All of the previous media outputs enabled all of the people to get informed about Paris, while leaving Beirut behind. Media enabled people to see the crime scenes, victim’s families and friends gathering to commemorate their fallen bellowed ones, politicians expressing their condolences and they could listen to the stories of survivors. All of these elements of the media coverage additionally added to the emotional impact of the Paris attacks. None of this was present in covering the Beirut attacks.
The shock effect can be seen as an element of surprise. It catches people off guard, and that is why it plays a big role of garnering more attention from people. People will tend to be more interested in finding out more about something that happens unexpectedly.
On one hand, the Paris attacks shocked many people since that kind of scenario does not regularly occur in Europe. Notable cases in the past were the Madrid 2004, London 2005 attacks and Charlie Hebdo earlier this year. Similarly, these attacks drew a lot of media, public and governmental attention. As an example worldwide governmental solidarity, we can take the case of Spain, when the U.S. president Bush expressed the condolences by saying that they “weep for the families” and the UN Security Council unanimously passed a resolution condemning the attack. While the Charlie Hebdo event stands as a case that had its own hashtag on Facebook #JeSuisCharlie; people even stated changing their profile pictures in order to commemorate the tragic event.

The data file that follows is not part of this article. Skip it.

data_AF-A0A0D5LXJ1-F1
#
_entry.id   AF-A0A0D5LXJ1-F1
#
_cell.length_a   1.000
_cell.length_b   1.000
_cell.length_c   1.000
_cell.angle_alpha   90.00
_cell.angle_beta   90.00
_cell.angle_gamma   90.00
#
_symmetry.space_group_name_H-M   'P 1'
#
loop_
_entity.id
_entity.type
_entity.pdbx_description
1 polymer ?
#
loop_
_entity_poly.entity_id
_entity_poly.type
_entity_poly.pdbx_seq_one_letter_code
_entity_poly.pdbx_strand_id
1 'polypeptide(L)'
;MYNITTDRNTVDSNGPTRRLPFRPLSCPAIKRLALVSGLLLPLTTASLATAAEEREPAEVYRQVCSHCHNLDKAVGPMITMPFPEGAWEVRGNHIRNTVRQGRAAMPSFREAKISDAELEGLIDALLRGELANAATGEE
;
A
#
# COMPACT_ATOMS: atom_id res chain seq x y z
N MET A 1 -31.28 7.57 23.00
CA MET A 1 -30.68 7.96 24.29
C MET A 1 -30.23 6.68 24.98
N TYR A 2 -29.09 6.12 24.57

On the other hand, terrorist attacks in the Middle East are more common, or at least more common than in Europe. While it is an unfortunate fact of the world, people do tend to become accustomed to bad things happening in certain places. The case of the Beirut attacks is a fitting example of this. Additionally, the media knows that people need new and “fresh” news that gets their attention easily. Therefore tragic stories in the Middle East are not really covered extensively. It is quite understandable that people tend to show more interest, or as in this case, more solidarity, for cases where the shock effect is larger.